The total population of the Virgin Islands is 147,778: 104,901 in the U.S. Virgin Islands, 31,758 in the British, and 11,119 in the Spanish. Roughly three-quarters of islanders are black in the British and U.S. Virgin Islands, while the majority of inhabitants in Culebra and Vieques are Puerto Rican of European descent, with a significant Afro-Puerto Rican community. The main languages are English and Virgin Islands Creole in the U.S. and British Virgin Islands, and Spanish in the Puerto Rican territory. St. Thomas is the most populous island, with St. Croix close behind (51,634 and 50,601, respectively).

Name Sovereign State Subdivisions Area
(2005 est.)
Population density
(per km2)
British Virgin Islands United Kingdom Districts 153.0 31,758 207.6 Road Town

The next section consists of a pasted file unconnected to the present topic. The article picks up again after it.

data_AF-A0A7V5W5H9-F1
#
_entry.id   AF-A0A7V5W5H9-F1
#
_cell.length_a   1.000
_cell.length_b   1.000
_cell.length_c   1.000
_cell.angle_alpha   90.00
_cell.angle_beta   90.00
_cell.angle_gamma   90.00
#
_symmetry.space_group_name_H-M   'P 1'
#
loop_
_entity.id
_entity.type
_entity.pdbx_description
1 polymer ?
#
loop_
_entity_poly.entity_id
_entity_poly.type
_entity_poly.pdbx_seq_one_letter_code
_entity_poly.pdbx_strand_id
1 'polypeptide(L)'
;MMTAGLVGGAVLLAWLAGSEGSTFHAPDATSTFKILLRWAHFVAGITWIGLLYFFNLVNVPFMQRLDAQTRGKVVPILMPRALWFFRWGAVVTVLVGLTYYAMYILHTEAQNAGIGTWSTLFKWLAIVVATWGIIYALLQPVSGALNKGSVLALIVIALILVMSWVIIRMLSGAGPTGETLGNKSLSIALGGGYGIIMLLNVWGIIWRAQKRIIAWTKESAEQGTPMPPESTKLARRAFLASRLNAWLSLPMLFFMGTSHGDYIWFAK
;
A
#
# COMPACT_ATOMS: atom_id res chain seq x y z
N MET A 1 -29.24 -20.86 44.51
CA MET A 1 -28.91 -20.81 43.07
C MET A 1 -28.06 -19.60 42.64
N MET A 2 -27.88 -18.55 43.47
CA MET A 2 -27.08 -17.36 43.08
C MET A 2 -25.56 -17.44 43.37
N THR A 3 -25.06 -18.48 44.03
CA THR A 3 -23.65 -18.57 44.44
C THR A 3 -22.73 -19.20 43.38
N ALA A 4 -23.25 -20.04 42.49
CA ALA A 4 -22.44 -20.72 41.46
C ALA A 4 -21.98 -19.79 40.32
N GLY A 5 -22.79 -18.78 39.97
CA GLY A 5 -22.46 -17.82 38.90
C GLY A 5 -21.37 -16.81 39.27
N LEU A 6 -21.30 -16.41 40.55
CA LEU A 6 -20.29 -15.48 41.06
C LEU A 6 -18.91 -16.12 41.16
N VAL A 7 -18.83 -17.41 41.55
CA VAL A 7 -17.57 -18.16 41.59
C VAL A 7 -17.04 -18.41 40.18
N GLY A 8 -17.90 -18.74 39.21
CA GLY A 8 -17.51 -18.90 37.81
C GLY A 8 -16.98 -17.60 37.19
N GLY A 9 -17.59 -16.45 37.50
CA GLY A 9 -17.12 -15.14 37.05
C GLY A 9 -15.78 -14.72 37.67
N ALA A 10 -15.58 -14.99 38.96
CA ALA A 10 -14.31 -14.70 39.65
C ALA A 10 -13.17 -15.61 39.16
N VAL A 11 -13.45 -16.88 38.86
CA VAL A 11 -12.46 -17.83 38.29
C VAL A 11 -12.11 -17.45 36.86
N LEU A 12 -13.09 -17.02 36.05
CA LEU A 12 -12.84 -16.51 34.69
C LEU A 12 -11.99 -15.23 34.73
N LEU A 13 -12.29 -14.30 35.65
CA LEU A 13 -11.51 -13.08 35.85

Spanish Virgin Islands ( Puerto Rico) United States Barrios 165.1 11,119 67.3 San Juan, PR
United States Virgin Islands United States Districts 346.4 104,901 302.8 Charlotte Amalie
Total 664.5 147,778 222.4

Traffic control

Motor vehicles are driven on the left-hand side of the road in both the British and the U.S. Virgin Islands, although the steering wheels on most cars are located on the left side (as is the norm for drive-on-the-right localities). In the Spanish Virgin Islands, vehicles are driven on the right-hand side of the road.

See also


  1. ^ Lazell, James (2005). Island: Fact and Theory in Nature. University of California Press. p. 382. ISBN  9780520931596.
  2. ^ Pereña, Luciano (1992). Genocidio en América. Madrid: Editorial MAPFRE. p. 351. ISBN  84-7100-453-4.

General sources

  • Colin Thomas, J.; Allard, William Albert; Wolinsky, Cary (February 1981). "Paradise Comes of Age: The U.S. Virgin Islands". National Geographic. Vol. 159, no. 2. pp. 225–243.